Since I posted the initial entry questioning the validity of the Henry Ford analogy for improving software productivity through interface standardization, there’s been some good posts by Hal and Richard, and some good feedback to the Sys Con site that syndicated the entry.
While I have to say I think the posts and comments make excellent points about the value of design, and the differences between mass producing hard goods and creating individual applications, I am not sure any clear recommendation is emerging for how to improve the software development process. So now I am wondering whether we can get at this progblem through patterns.
One aspect of the debate over software productivity and assembly is whether or not visual tools can help. I think that they do – visual abstractions can be very meaningful – but I do not know of any visual system that actually solves the complete problem (i.e none have solved the customization/round trip problem). UML tools are furthermore too object oriented for some applications – such as services and REST- although of course I will get an argument from the UML (and MDA?) folks that models are the way to go anyway, and UML and MDA are being changed to be more data and document oriented (i.e. sequence diagrams could be improved in this direction).
I admit I am not up to date with the latest in UML and MDA. But I also don’t know of any reason to change my view that they do not provide the answer. I have yet to see any graphical system entirely able to replace any human oriented language, and I do not think programming languages are any different. People still need text, even when the graphics and icons are superb.
So noting the growing adoption of software patterns, including integration patterns and SOA patterns, and observing the fact that software systems such as Apache Camel for example, are starting to be built around them, I can’t help wondering whether the solution might be found there.
The fundamental issue seems to be identifying the right abstractions. Software is the way people have of telling computers what to do, and it is still too hard, requiring way too much work.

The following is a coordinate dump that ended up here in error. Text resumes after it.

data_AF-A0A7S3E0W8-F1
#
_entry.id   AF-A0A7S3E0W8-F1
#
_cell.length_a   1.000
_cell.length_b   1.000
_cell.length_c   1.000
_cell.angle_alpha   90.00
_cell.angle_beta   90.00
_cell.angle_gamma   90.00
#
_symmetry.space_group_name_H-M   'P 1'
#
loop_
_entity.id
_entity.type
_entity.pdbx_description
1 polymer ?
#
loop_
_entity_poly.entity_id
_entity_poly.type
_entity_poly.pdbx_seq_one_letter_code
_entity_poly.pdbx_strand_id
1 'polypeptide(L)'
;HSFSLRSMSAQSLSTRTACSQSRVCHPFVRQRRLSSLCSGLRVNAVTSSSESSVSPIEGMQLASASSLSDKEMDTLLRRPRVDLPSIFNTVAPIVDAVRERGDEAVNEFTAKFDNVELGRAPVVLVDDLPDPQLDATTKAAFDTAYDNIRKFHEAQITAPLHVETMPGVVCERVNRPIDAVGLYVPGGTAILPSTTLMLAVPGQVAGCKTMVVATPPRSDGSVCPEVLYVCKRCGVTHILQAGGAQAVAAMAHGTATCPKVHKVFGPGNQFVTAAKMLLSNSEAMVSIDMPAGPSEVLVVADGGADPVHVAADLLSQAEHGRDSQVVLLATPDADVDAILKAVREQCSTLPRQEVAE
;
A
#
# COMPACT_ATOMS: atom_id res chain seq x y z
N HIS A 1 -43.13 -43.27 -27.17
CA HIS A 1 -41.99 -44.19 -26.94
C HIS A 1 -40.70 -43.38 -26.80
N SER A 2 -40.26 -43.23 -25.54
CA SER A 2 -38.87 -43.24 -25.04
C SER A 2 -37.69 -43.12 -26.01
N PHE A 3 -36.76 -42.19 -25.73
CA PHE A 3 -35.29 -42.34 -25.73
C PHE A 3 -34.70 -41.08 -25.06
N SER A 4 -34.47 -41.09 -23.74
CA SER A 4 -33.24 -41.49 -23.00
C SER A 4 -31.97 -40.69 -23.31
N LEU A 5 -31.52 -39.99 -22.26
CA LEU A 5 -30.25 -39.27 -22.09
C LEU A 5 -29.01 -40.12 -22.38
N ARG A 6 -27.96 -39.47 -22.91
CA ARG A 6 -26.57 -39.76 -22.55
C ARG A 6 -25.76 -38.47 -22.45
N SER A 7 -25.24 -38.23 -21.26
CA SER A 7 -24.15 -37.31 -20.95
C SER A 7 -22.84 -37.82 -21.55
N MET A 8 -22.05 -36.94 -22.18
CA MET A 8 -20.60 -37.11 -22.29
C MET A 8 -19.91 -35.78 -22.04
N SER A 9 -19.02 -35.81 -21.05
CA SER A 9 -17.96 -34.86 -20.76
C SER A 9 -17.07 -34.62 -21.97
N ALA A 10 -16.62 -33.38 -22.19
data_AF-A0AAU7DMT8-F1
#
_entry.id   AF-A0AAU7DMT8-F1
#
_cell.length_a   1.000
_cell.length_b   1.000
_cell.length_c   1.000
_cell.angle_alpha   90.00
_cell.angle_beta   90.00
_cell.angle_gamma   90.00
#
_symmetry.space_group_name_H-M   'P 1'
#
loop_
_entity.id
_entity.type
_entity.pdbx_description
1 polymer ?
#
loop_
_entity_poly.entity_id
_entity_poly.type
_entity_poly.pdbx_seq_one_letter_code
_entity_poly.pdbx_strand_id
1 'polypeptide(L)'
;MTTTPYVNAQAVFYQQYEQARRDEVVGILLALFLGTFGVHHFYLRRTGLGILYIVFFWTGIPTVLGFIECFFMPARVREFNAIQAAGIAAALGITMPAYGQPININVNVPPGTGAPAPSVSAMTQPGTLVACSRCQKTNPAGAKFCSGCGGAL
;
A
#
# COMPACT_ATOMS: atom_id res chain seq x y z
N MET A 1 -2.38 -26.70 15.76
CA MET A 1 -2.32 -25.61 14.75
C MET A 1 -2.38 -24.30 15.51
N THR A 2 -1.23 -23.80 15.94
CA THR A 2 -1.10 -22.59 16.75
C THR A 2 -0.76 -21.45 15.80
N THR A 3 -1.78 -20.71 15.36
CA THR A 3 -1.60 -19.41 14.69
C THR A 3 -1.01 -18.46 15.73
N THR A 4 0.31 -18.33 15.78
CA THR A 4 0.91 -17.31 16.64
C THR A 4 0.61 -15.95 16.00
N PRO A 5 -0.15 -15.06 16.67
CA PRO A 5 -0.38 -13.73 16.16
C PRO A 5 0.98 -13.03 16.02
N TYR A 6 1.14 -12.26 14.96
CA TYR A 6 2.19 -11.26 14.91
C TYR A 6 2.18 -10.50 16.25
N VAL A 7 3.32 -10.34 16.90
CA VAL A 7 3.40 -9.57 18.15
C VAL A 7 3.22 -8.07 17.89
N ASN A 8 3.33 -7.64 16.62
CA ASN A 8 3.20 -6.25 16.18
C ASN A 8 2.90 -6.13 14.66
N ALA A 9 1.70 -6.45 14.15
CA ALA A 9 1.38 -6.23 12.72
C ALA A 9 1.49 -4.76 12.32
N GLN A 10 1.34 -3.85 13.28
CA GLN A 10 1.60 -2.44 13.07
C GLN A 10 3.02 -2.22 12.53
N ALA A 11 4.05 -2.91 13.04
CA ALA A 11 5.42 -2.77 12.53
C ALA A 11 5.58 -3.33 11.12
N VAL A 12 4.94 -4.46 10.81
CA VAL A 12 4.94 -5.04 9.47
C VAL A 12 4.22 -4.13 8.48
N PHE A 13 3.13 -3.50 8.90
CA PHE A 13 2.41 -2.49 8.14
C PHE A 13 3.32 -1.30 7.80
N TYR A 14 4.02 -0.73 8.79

In the Henry Ford analogy, the API (or interface) is seen as the right abstraction. As long as the interface to a program is standardized, its implementation can contain any code. With a standardized interface, programs can be assembled with predictable results (i.e. other programs know what to expect when invoking the interface). This led to the idea of reuse, of libraries of components, objects, and services that someone could sell and others could use in building applications. And this has happened to some extent, but there are also many unfulfilled promises in this area (as David Chappell, among others, has pointed out).
Now if we look at patterns, and how Camel is representing them in software, we see a different type of abstraction being used – basically a variation on the theme of domain specific languages. The domain in this case being integration, and the realization of integration patterns in particular.
One of the challenges of DSLs is integration in fact – that is, how do you join together programs written using different DSLs into a system or application? It sounds like a crazy idea, but what if we were to use integration techniques, such as patterns, themseleves implemented using DSLs, to join programs together written using other DSLs?
Would we have the abstractions right? I.e. in the language instead of in pictures or interfaces? And would we be able to assemble programs together quickly and easily? Maybe we need some patterns specifically for application assembly?